The chancellor said he intends to launch a full three-year Spending Review "before the summer recess" in order "to be concluded alongside an Autumn Budget".
"Last night's vote leaves a cloud of uncertainty hanging over our economy", Hammond said in Parliament.
Lawmakers were expected to vote later on Wednesday against a leaving the European Union without a transition deal, then vote on Thursday on seeking a delay to Britain's departure, now scheduled for March 29.
The growth prediction for 2020 was kept at 1.4%, and the OBR sees an acceleration in the following year.
But the OBR also warned that a disorderly no-deal would pose a risk to the predicted growth rates, as the numbers are based on an assumed scenario in which the United Kingdom leaves the European Union with a deal on March 29, and enters a transition period.
Hammond also unveiled revisions to United Kingdom economic growth forecasts from the Office for Budget Responsibility, including reducing this year's estimate to just 1.2%.
He added: "I need to be straight with the House: a no-deal Brexit would deliver a significant short- to medium-term reduction in the productive capacity of the British economy".
He said that it was "disappointing" that the chancellor had missed the opportunity to provide desperately-needed funding for local services, and added that Brexit can not be a distraction from the challenges facing our public services.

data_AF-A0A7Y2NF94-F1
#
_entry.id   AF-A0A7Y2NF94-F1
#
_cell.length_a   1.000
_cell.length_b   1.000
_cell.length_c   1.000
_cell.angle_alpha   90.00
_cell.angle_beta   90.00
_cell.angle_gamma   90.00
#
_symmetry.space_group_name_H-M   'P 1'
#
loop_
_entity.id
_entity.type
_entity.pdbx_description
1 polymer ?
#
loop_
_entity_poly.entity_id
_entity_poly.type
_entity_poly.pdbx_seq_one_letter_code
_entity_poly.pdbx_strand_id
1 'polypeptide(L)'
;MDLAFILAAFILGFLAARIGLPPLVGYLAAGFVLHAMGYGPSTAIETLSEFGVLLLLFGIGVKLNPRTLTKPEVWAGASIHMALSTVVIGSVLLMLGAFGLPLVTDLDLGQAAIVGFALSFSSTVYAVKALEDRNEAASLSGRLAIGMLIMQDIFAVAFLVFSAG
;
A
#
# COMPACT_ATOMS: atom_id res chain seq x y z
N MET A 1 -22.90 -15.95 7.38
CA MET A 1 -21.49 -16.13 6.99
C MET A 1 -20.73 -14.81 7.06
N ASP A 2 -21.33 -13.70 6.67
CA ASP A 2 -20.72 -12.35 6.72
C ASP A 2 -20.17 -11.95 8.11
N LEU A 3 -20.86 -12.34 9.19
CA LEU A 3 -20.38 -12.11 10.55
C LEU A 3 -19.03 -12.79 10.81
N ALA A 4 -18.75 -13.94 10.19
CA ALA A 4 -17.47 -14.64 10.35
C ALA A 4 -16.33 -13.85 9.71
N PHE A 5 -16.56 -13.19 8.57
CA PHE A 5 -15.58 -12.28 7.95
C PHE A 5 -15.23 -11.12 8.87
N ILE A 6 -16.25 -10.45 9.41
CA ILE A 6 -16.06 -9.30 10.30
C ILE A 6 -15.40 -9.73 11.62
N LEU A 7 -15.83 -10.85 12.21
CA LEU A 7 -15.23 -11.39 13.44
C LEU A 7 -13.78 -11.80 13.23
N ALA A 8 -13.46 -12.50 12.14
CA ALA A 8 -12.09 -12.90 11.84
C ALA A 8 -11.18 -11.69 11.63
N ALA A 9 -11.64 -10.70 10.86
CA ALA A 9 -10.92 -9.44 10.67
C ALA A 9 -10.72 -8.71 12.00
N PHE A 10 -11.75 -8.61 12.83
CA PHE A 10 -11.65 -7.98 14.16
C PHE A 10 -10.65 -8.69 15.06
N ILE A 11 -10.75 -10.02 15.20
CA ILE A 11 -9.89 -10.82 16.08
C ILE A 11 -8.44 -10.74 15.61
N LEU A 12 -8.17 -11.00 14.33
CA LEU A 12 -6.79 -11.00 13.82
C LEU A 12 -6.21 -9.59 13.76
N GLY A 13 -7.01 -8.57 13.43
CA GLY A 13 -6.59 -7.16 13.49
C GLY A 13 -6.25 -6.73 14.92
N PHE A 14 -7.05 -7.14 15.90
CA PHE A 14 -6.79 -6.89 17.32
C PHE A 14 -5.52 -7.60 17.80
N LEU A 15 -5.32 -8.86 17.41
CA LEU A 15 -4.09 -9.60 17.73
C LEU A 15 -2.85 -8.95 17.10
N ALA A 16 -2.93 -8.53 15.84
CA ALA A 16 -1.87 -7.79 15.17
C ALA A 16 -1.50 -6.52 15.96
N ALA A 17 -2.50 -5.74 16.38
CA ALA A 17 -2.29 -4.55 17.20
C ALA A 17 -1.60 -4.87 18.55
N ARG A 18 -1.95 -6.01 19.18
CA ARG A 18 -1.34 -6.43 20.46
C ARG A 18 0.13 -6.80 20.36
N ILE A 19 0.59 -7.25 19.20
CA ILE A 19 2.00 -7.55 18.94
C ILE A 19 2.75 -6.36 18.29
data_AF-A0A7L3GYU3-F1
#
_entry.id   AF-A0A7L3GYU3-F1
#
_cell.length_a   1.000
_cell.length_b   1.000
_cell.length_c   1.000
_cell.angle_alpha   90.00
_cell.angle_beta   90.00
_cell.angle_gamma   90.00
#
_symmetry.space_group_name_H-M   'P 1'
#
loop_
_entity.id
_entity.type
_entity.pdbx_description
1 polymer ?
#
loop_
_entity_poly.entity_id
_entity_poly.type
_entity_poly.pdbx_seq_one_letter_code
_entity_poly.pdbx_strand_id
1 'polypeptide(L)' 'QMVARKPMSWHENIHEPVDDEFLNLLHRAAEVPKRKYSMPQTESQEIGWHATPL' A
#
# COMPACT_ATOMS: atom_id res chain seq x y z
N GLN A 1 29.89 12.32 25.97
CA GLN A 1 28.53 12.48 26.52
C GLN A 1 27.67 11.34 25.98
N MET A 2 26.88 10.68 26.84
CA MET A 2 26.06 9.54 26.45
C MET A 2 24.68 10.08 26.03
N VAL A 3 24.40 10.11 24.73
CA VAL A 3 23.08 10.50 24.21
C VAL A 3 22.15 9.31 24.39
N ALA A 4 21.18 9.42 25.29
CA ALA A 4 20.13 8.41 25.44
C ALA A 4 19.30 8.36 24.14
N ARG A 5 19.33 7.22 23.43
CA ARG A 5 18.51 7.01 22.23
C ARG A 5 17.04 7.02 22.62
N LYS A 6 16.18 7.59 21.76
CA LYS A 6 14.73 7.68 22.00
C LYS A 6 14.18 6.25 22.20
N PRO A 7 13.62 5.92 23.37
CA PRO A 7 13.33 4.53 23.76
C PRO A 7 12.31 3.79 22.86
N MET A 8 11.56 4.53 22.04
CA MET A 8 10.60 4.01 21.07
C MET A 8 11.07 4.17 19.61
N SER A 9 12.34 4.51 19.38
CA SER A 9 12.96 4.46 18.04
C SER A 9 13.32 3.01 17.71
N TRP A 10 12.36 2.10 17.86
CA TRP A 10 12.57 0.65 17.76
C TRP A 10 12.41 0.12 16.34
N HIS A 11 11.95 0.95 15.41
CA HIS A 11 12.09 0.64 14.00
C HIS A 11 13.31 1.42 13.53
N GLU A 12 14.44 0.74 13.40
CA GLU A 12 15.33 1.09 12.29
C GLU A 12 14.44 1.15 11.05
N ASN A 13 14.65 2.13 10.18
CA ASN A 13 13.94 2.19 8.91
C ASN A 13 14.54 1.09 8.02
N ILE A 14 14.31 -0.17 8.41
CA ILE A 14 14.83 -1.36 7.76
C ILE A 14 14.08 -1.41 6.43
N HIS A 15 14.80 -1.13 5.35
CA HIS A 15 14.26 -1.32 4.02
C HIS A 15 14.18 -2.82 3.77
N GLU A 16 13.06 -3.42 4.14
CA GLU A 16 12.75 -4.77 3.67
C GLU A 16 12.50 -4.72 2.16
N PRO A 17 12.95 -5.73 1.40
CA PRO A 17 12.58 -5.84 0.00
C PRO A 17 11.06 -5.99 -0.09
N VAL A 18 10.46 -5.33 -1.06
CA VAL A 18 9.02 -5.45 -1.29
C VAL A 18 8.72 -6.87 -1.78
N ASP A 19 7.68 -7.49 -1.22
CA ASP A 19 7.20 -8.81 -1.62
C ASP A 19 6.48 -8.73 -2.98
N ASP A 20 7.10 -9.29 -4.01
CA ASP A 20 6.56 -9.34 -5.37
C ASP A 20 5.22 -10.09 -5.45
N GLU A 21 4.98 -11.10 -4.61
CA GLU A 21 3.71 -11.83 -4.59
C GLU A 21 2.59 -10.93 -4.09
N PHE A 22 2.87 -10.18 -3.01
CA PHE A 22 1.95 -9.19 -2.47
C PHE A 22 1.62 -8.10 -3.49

Philip Hammond vowed to free up more money to help end austerity in a "deal dividend".
Theresa May's chancellor has broken ranks to suggest she should back a softer Brexit which can win Labour backing after her deal suffered a second crushing defeat in the Commons.
He said Britain's public debt was set to fall sustainably "for the first time in a generation". Accordingly, we think that a turning point has been reached: "fiscal policy no longer will dampen the economy, strengthening the case for the Monetary Policy Committee to raise interest rates shortly after the economic disruption created by Brexit uncertainty has faded".
"I'm confident that we're going to do a deal", Hammond said on Brexit.
"While in theory this should give the Chancellor greater wriggle room, he was at pains to point out that the purse strings won't be loosened until there is greater clarity around the UK's future relationship with the EU".
The CBI's chief economist, Rain Newton-Smith, said it was an "admirable attempt to set out a long-term vision for the United Kingdom economy" against a hugely uncertain political backdrop.
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